“We aim to provide the full experience to the music lovers in Jeddah similar to what other festivals of multi-stages and multi-genres have along with an ability to move from one place to another, enabling visitors to enjoy the music at every corner,” he said.

“The crowd in Jeddah has always been demanding for MDLBEAST. Although we have been here before by executing the Formula One concerts in March and November, this is the first time we are bringing the MDLBEAST through Balad Beast in historic Jeddah,” he added.

The event will bring renowned headliners, emerging talent and cutting-edge features together in a historic, culturally significant site fusing the past with the present and thrusting the spotlight on both Jeddah’s history and vast potential to become a thriving local and regional hub for music.

During the conference, Alharatani said that extra steps had been taken to prevent harassment of any kind at the event. “We work to promote fun and consensual music experiences. Therefore, we have launched an anti-harassment campaign called ‘Respect & Reset’ aimed at education, prevention and support resources,” he said.

Alharatani warned that anyone who violates the policy will be immediately removed from the festival site without a refund and will be referred to the authorities for legal recourse, adding that offenders will be banned from all future events.

MDLBEAST is expanding into multiple events and diversifying its portfolio under MDLBEAST Records to feature more artists representing different genres. It is also expanding into venues to provide creative spaces and cultural hubs for aspiring artists to gather, create and be part of the community.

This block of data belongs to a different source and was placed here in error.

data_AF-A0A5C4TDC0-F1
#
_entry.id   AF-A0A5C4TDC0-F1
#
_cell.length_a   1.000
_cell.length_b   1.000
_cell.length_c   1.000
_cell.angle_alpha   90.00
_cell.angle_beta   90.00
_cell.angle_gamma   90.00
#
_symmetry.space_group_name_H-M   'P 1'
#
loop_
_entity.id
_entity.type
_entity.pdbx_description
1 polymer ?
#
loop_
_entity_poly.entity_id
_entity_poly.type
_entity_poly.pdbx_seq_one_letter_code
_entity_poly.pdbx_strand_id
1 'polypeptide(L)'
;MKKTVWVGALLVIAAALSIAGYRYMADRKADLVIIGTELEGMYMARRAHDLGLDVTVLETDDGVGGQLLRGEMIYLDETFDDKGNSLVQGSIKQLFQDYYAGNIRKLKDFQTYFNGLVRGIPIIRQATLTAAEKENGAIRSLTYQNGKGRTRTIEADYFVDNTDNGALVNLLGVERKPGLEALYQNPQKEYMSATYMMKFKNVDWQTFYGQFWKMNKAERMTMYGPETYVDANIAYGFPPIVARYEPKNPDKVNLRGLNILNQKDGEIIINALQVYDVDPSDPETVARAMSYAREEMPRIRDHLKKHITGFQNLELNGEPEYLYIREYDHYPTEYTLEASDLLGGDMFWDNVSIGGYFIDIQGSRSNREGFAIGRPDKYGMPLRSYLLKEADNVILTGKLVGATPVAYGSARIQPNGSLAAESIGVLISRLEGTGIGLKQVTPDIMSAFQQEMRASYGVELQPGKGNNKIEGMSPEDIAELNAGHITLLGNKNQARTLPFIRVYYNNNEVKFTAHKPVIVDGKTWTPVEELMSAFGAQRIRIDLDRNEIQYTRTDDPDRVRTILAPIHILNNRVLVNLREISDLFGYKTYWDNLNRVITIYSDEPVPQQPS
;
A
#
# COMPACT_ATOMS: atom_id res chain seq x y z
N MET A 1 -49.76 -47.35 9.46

Balad Beast announced that US rapper Busta Rhymes is making his way to Saudi Arabia for the festival, while era-defining DJ Carl Cox will also be part of the action-packed bill. Italian duo Tale of Us will also take part, along with Lupe Fiasco, Salvatore Ganacci, as well as local artists including Dorar, Dana Hourani, Biirdperson and many others.

Tickets for Balad Beast are available now across two tiers: General Admission, which offers access to all five stages of the event, and VIB, which will give ticket holders the privilege of accessing historic building lounges, entrances from a separate VIB gate and complimentary gourmet food.


Palestinian American comedian Mo Amer’s talk thrills audience at Red Sea International Film Festival

Palestinian American comedian Mo Amer’s talk thrills audience at Red Sea International Film Festival
Updated 08 December 2022

Palestinian American comedian Mo Amer’s talk thrills audience at Red Sea International Film Festival